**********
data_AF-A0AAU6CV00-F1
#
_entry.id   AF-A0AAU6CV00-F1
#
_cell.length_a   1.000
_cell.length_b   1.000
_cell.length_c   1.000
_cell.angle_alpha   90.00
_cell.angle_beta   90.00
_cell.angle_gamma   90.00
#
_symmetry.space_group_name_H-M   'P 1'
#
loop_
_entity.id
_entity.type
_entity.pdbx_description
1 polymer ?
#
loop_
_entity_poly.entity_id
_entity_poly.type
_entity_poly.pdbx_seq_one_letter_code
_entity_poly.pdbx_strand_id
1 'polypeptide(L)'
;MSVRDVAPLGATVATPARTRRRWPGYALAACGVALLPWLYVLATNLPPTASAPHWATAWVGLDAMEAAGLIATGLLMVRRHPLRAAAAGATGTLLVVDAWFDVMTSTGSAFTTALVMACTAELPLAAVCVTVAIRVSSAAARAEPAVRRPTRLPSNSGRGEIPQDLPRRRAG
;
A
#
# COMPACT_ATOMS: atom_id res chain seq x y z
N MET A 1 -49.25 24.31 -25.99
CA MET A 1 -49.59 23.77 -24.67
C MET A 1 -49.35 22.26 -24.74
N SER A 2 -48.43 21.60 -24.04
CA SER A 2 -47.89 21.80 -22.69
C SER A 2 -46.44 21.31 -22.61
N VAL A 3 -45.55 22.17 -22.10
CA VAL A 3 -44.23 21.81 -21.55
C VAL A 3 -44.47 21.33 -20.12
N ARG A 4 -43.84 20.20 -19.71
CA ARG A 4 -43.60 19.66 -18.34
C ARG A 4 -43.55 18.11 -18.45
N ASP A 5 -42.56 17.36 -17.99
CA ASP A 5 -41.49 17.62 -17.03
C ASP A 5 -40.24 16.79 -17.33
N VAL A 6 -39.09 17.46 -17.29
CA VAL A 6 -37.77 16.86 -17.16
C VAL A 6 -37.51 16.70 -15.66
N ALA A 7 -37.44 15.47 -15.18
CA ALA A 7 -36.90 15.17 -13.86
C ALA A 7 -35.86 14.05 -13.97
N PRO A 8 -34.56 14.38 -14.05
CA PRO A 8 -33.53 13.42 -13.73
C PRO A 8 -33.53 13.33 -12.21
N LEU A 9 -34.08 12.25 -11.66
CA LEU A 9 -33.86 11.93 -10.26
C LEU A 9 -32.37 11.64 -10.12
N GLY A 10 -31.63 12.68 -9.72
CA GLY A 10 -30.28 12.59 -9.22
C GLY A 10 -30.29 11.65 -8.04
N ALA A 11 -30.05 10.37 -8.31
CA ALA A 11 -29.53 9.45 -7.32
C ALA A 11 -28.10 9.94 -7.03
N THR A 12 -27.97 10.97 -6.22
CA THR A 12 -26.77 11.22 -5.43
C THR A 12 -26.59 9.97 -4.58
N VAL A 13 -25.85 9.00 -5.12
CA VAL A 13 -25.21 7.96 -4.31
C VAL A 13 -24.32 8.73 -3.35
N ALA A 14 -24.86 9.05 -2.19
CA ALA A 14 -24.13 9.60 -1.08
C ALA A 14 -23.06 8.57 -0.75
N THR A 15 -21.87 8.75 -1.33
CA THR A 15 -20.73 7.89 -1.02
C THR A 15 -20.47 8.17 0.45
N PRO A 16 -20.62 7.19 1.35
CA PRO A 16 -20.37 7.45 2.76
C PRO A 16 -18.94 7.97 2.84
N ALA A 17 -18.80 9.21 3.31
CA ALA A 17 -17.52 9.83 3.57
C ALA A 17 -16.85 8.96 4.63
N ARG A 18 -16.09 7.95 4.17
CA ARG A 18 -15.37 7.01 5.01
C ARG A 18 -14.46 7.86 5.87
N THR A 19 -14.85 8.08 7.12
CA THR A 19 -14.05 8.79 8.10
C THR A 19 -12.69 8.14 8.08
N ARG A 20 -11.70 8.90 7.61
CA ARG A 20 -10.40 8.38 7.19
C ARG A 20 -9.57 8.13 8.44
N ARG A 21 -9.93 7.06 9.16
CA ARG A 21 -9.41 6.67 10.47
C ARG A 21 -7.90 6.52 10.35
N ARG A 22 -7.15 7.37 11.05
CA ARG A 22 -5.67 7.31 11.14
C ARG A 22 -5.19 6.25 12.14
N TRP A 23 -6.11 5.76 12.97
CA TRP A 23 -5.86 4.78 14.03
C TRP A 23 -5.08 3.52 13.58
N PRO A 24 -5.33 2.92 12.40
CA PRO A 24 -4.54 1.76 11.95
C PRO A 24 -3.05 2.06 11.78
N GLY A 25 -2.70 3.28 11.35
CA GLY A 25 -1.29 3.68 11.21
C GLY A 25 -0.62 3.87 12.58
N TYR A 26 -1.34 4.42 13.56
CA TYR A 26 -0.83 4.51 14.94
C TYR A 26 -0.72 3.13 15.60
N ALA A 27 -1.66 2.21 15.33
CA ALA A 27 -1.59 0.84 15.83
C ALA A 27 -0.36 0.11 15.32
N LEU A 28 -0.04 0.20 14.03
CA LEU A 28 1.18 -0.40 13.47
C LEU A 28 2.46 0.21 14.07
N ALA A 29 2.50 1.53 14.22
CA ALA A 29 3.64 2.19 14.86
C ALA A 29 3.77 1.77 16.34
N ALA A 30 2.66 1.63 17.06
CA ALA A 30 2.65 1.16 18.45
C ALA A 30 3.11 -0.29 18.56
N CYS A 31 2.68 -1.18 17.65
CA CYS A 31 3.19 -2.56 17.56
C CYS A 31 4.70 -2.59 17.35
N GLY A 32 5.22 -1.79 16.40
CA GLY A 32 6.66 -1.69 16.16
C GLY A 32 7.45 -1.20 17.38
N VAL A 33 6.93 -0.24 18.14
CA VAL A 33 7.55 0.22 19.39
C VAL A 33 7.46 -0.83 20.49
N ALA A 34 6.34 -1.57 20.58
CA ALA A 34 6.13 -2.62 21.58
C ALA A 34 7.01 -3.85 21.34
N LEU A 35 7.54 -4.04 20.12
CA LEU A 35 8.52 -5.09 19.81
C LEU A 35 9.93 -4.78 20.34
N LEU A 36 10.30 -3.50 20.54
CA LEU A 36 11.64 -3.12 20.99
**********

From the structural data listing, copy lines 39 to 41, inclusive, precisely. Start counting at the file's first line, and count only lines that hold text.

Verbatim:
C VAL A 3 -44.47 21.33 -20.12
N ARG A 4 -43.84 20.20 -19.71
CA ARG A 4 -43.60 19.66 -18.34